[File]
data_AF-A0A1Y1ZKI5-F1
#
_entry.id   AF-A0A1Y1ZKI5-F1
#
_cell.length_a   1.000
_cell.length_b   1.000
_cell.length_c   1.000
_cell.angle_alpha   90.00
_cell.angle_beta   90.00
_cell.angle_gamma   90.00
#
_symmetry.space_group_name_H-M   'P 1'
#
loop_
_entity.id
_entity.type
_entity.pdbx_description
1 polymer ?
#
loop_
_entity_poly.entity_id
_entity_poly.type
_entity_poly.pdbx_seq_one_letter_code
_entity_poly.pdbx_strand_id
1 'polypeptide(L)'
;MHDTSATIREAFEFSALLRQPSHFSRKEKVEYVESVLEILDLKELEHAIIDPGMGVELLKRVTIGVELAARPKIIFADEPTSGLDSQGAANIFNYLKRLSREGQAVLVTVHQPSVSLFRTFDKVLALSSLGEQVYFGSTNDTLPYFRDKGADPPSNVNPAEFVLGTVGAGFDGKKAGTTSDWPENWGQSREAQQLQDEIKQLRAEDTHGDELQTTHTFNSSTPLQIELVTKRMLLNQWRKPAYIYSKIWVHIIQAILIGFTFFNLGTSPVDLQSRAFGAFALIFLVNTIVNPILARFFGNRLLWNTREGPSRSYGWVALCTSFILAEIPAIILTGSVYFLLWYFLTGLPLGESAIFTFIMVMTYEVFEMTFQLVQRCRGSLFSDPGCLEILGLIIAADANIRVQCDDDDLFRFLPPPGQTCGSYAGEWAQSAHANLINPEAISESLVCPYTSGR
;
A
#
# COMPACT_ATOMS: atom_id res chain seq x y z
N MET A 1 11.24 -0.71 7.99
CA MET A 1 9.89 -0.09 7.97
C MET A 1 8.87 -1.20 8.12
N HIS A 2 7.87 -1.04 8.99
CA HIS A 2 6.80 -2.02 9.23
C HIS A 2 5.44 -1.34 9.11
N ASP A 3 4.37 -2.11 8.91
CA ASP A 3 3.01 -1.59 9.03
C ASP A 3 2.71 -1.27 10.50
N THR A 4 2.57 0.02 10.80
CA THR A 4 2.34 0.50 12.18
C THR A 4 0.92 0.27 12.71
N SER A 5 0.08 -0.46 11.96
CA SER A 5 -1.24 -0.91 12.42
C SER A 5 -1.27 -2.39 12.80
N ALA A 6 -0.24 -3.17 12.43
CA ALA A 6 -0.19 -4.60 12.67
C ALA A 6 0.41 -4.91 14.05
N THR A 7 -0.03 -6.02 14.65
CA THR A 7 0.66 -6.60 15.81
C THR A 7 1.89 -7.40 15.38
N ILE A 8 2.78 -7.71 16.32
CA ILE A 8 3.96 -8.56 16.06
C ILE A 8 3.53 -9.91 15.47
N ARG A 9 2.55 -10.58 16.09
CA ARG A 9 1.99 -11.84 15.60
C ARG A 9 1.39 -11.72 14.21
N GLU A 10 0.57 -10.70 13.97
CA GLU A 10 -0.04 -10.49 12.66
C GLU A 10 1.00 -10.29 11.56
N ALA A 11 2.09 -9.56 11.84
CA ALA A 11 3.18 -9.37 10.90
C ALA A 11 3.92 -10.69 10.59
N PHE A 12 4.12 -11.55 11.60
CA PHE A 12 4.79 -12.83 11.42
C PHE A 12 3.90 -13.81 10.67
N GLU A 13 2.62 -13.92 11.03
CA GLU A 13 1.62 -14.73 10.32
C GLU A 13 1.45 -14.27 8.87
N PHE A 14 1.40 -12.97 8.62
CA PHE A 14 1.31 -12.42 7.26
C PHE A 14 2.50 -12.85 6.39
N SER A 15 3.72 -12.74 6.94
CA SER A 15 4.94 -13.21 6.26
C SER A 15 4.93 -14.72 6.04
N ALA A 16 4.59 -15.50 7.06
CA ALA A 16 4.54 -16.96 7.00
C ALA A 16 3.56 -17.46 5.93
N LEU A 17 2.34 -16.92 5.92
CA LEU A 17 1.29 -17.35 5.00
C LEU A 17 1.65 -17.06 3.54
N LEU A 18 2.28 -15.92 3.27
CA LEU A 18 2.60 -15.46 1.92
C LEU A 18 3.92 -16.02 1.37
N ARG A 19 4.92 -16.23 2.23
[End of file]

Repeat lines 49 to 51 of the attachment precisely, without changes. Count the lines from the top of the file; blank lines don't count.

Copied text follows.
N THR A 7 -0.03 -6.02 14.65
CA THR A 7 0.66 -6.60 15.81
C THR A 7 1.89 -7.40 15.38